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mikec

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  1. I see a lot of recipes that call for roasting in a skillet. Personally I use a roasting pan a rack. Frankly, I'd prefer to use a skillet as it would make clean up much easier. Doesn't the splatter factor become an issue when using a low sided skillet?
  2. I agree wholeheartedly. We have the same type of buffet. When we use it as a buffet, we put down placemats to avoid the dragging/sliding factor. Another annoying problem is when your guests politely help clear the table and slide plates across the counter towards the sink.
  3. You ever try roasting a pepper on an induction hob? ← MobyP, Maybe I'm mistaken, but I've always understood the difference between an open burner and a sealed burner is the fact that spills and overflows can't seep down into the inner guts of the cooktop or range. I have sealed burners on my DCS cooktop, yet it's still an open flame. I have no trouble roasting a pepper on my cooktop. I think that you are misinterpreting what is being discussed.
  4. I have no opinion on the quality of Bluestar ranges. However, I can't for the life of me understand why anyone would want open burners these days. What a mess.
  5. My oven heats up the house as well and I have a brand new DCS oven. It's cool to the touch, but vents in the front and thus heats the kitchen. Plus, every time you open the oven heat escapes. It's a function of the oven itself and the ability of your air conditioning system to keep up with the heat.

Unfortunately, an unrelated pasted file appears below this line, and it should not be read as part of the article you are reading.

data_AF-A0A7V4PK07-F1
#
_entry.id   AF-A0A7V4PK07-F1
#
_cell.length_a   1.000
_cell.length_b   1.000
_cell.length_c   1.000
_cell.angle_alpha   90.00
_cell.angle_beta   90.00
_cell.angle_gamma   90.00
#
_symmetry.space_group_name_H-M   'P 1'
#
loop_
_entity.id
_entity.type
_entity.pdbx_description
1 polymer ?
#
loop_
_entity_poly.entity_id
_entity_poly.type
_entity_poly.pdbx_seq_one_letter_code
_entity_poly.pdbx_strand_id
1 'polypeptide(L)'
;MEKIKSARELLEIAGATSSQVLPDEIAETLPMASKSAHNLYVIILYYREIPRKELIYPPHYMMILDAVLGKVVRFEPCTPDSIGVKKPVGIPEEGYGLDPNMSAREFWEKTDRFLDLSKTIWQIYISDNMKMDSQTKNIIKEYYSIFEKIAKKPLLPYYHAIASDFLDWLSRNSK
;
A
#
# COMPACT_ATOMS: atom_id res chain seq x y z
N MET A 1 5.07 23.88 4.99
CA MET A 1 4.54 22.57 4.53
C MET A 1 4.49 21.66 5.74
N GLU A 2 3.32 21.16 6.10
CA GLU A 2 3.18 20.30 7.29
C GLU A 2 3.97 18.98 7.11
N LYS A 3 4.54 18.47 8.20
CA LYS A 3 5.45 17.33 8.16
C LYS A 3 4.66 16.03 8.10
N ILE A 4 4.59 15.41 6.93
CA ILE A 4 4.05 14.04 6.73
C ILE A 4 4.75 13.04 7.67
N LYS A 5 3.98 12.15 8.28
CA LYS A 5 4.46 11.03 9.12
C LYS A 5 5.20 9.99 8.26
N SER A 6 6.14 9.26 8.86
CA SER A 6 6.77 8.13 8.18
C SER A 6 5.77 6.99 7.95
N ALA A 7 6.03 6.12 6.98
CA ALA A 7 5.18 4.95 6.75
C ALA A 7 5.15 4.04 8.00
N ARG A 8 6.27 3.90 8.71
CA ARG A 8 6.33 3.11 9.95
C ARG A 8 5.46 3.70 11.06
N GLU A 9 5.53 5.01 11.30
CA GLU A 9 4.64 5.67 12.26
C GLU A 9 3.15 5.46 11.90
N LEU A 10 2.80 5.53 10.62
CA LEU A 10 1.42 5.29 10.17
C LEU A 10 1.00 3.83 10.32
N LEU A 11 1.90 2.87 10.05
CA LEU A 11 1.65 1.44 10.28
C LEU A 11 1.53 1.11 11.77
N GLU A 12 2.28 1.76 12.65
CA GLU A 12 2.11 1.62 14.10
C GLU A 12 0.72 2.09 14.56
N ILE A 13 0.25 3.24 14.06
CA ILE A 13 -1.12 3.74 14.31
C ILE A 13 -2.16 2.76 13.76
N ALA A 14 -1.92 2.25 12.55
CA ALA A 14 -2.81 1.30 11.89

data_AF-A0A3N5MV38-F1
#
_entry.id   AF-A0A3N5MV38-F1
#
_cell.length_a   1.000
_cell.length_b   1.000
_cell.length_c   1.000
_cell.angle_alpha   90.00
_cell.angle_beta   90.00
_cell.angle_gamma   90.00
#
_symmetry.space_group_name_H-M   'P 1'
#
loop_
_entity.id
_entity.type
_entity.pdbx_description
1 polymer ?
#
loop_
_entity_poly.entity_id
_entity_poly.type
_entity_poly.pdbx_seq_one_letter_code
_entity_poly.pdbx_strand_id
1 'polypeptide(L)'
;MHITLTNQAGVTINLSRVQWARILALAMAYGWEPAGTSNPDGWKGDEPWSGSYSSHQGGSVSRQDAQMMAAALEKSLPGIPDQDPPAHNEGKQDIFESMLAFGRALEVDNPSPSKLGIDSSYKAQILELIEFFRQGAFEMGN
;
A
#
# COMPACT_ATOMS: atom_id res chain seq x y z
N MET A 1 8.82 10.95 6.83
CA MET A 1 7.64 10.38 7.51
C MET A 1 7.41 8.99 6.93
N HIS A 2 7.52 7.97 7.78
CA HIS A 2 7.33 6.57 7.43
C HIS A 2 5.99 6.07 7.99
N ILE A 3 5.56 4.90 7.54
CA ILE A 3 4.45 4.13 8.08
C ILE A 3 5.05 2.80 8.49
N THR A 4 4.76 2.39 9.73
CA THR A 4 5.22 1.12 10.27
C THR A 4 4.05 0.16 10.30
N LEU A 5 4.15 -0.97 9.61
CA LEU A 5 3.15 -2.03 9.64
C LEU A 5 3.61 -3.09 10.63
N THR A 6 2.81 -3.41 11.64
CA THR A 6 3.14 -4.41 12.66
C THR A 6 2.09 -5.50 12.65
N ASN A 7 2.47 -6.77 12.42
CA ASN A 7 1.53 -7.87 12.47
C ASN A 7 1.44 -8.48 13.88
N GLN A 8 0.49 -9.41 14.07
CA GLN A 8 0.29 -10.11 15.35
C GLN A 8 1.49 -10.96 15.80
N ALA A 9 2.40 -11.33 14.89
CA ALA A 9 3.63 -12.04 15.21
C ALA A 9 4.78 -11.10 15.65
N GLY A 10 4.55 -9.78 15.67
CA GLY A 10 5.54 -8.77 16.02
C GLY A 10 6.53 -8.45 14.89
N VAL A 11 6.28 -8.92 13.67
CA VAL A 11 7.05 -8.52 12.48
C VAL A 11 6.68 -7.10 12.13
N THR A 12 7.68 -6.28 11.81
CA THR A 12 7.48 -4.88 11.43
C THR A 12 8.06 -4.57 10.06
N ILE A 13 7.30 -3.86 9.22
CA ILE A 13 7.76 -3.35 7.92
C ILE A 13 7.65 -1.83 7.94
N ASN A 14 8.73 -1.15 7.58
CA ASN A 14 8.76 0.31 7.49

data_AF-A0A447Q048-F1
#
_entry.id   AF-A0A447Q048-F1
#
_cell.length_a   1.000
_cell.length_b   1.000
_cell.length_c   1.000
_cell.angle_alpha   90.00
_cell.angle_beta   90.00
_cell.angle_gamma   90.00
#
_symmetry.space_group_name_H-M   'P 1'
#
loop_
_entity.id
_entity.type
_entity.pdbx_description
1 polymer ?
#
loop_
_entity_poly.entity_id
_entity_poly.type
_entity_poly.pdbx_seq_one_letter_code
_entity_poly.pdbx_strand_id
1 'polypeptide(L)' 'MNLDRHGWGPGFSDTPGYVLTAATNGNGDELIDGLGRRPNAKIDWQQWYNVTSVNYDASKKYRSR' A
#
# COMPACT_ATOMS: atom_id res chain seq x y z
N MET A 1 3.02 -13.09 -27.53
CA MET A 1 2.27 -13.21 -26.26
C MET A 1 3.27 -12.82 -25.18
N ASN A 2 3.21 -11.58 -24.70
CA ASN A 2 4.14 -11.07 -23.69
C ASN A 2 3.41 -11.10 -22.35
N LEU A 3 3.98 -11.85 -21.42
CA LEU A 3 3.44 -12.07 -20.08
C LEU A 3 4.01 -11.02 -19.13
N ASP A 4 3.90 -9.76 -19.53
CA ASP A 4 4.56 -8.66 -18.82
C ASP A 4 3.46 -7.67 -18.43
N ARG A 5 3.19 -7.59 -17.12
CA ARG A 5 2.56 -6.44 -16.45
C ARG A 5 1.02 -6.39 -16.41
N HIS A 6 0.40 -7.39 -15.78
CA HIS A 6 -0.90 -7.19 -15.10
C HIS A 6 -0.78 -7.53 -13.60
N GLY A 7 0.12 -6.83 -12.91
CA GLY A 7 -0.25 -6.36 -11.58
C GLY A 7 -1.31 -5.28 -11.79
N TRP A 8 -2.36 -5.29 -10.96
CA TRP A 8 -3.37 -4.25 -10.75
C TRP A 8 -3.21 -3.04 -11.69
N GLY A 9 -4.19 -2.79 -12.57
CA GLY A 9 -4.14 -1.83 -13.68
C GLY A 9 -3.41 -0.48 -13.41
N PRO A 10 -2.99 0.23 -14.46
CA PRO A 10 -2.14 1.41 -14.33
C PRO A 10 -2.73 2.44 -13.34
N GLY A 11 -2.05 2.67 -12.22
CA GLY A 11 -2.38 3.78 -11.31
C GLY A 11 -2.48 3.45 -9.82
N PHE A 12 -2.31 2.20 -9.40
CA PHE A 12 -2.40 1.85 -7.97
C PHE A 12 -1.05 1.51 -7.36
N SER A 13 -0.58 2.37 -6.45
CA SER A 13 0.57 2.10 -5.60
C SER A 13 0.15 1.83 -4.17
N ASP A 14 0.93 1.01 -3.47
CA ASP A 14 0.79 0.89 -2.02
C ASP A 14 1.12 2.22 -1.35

6. Blondelle, That reminds me...My countertop is at the same level as my belt buckle and I've made several scratches (not major ones, but still scratches that are too deep to mask with oil) in front of the sink while doing dishes or washing something in the sink. I've also banged a dish on the edge above the dishwasher and taken out a small chunk. Damage to the edges of your countertop are a disaster. Chips or dents that occur directly on a vein show up as bright white and are virtually impossible to fix as well. I too bought my soapstone slab at M. Teixera like Fernwood. IIRC, there was one type of soapstone that they called Cobra that was quarried in India. Apparently it was a little harder than the other soapstone. According to the people at Teixera, the availability of this stone was spotty. Frankly, while a nice looking stone, it had minimal veining and thus to me, it was missing some character. If you are looking for a black countertop, this is a very interesting option. I know that I've come across as being down on soapstone, and to a certain degree that is the case. However, I do love the looks of my countertops, but really wish they were more durable and that I didn't have to be so careful. My point in making these posts was to explain the downsides of soapstone because they weren't made very clear to me before I purchased my countertops and I hope to give people a clear idea of what the issues may be before they go and spend thousands of dollars. Again, it's all about your ability to tolerate "patina".